HP CEO Says Palm Wasn't Purchased To Surge In Smartphone Market

Well, this will surely come as a disappointment to many, and it may honestly make others a bit excited. Hewlett-Packard, who decided to pony up just over $1 billion earlier in the year to acquire Palm and their assets, has now openly stated that the purchase wasn't about cellphones at all. On the surface, this doesn't make a lot of sense. Palm has always been known to consumers as a mobile device company, with the Treo and Pre/Pixi families being some of the company's most popular. And HP has been in the mobile device market for awhile now, mostly with the creation of Windows Mobile-based business smartphones.



So why would HP spend over a billion dollars on a phone company, but not use the purchase to further their phone efforts? According to the CEO, it's simply all about the IP. Here's CEO Mark Hurd's exact quote on the matter:

"We didn’t buy Palm to be in the smartphone business. And I tell people that, but it doesn’t seem to resonate well. We bought it for the IP. The WebOS is one of the two ground-up pieces of software that is built as a web operating environment…We have tens of millions of HP small form factor web-connected devices…Now imagine that being a web-connected environment where now you can get a common look and feel and a common set of services laid against that environment. That is a very value proposition."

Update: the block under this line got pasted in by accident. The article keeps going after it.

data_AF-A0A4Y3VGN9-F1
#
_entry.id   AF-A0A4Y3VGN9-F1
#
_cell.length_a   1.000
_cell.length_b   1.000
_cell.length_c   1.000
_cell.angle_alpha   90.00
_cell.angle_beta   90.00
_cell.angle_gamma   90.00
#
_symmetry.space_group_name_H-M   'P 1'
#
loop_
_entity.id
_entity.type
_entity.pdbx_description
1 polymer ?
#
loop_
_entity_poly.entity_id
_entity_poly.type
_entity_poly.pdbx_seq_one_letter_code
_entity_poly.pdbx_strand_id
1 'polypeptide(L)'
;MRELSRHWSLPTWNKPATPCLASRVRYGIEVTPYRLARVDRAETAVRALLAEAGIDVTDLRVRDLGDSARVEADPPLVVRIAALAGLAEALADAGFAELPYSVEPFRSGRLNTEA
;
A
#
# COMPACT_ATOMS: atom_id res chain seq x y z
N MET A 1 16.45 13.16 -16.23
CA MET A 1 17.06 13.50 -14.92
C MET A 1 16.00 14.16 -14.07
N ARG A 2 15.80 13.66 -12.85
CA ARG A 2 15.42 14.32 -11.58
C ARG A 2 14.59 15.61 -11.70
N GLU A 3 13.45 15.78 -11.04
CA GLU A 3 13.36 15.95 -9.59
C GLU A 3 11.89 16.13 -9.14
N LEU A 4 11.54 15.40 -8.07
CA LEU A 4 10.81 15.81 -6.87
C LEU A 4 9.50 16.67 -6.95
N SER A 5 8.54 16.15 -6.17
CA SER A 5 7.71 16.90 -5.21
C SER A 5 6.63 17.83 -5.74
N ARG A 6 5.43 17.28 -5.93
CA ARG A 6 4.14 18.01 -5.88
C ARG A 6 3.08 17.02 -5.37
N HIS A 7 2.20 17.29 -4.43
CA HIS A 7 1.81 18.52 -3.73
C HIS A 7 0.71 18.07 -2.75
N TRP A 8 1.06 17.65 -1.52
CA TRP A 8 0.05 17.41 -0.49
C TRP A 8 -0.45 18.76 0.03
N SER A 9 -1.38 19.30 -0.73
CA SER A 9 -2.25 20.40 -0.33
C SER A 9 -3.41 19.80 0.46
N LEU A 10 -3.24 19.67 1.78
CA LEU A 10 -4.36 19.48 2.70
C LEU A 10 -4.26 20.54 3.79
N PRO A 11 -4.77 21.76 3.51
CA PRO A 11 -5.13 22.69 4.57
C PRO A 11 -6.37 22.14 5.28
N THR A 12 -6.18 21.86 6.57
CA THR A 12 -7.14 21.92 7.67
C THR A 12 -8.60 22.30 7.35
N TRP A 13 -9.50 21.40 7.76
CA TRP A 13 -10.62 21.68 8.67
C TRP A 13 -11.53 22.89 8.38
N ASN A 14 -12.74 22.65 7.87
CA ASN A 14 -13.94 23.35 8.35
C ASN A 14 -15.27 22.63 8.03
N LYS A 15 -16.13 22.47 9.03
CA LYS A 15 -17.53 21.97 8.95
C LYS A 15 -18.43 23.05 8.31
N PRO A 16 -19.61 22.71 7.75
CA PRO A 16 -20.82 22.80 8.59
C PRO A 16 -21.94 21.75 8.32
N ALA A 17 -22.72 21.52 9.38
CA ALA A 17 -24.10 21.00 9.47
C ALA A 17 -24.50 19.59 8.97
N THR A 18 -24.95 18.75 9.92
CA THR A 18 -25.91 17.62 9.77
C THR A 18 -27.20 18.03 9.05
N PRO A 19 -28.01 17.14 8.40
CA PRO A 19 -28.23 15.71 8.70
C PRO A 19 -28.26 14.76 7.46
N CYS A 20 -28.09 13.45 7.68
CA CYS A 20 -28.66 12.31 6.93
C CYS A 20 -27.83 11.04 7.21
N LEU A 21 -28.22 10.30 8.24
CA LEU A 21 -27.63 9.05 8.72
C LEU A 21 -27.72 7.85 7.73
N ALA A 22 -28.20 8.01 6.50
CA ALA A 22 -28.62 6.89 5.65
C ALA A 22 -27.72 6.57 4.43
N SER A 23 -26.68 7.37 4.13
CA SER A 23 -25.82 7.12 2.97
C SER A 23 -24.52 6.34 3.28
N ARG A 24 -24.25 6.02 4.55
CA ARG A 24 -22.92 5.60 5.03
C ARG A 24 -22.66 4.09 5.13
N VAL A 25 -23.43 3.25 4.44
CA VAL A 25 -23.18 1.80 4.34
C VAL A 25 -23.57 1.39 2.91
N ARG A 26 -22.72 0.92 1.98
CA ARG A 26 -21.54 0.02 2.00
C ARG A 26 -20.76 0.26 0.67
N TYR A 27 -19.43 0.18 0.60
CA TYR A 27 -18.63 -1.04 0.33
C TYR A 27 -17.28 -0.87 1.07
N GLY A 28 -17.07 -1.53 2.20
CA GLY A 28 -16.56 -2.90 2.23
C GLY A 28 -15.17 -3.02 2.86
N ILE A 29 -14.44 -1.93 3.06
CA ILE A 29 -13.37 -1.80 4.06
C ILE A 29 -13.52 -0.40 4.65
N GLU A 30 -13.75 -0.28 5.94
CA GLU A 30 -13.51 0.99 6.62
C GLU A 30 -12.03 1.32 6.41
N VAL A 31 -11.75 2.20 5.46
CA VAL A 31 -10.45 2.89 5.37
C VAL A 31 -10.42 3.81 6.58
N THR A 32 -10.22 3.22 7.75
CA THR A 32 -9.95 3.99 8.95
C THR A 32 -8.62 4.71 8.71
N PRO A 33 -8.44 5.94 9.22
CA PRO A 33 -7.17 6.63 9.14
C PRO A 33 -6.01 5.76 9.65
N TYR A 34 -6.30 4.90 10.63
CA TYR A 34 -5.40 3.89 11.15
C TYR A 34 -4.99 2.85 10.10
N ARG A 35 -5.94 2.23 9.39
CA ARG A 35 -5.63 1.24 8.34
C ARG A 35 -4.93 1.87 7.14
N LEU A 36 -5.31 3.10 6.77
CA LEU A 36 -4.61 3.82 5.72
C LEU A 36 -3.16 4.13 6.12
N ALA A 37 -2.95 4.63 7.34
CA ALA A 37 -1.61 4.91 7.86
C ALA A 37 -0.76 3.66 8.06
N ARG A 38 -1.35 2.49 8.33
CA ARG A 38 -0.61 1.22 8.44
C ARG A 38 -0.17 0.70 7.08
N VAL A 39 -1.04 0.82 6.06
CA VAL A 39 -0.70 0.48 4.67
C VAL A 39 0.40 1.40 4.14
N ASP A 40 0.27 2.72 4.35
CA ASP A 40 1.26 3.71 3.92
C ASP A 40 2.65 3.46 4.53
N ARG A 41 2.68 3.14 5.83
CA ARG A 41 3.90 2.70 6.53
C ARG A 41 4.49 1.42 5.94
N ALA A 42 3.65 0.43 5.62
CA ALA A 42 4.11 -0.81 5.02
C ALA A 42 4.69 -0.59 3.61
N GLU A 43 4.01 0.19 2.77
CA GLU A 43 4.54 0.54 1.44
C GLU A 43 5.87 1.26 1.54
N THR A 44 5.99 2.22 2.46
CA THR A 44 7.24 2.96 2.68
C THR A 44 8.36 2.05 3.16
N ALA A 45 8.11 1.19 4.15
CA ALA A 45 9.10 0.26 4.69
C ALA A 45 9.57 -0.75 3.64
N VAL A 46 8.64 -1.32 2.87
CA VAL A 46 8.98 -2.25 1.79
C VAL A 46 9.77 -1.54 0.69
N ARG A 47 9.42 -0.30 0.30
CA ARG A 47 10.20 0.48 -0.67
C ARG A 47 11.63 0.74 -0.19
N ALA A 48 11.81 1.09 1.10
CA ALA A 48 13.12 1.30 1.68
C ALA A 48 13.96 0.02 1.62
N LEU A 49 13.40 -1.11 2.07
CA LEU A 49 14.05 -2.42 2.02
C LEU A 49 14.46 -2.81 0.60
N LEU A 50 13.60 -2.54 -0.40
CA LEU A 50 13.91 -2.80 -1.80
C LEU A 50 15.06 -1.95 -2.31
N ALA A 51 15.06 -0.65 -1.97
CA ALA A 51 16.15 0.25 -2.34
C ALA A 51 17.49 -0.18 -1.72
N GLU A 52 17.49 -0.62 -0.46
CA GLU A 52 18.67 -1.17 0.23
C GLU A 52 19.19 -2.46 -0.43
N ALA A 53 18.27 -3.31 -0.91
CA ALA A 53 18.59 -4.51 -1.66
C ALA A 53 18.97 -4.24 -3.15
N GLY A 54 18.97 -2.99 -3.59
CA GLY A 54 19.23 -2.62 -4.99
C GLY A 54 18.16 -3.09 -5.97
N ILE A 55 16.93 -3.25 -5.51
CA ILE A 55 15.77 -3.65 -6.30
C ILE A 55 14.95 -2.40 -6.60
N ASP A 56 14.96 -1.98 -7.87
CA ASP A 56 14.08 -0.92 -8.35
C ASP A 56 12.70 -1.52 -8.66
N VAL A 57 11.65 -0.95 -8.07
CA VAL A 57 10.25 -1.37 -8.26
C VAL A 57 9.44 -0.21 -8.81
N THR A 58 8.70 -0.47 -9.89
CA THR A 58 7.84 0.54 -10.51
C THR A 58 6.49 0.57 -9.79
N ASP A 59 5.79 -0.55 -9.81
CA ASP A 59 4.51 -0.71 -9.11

Now, we understand the point about WebOS being a great operating system. And we already knew that WebOS would likely find its way onto tablet PCs and printers before too long. But we never imagined that HP would simply ignore the phone market altogether. Honestly, this means the world now has one less major smartphone platform to choose from, and less competition in a market is never a good thing in a situation like this. Only a few WebOS smartphones were ever made available, and now that HP is basically killing that family, who really expects developers to continue developing apps for the WebOS app market?

We understand how HP could utilize WebOS in their existing product range, and we're sure that using that environment will provide them with great advantages. But to have such an amazing mobile OS and simply ignore the smartphone market seems like an opportunity missed to us, and even if it makes business sense somehow, it certainly saddens us to see a major OS option fade away, leaving iPhone OS, Android and Symbian^3 to battle it out with Windows Phone 7.

Via:  ZDNet
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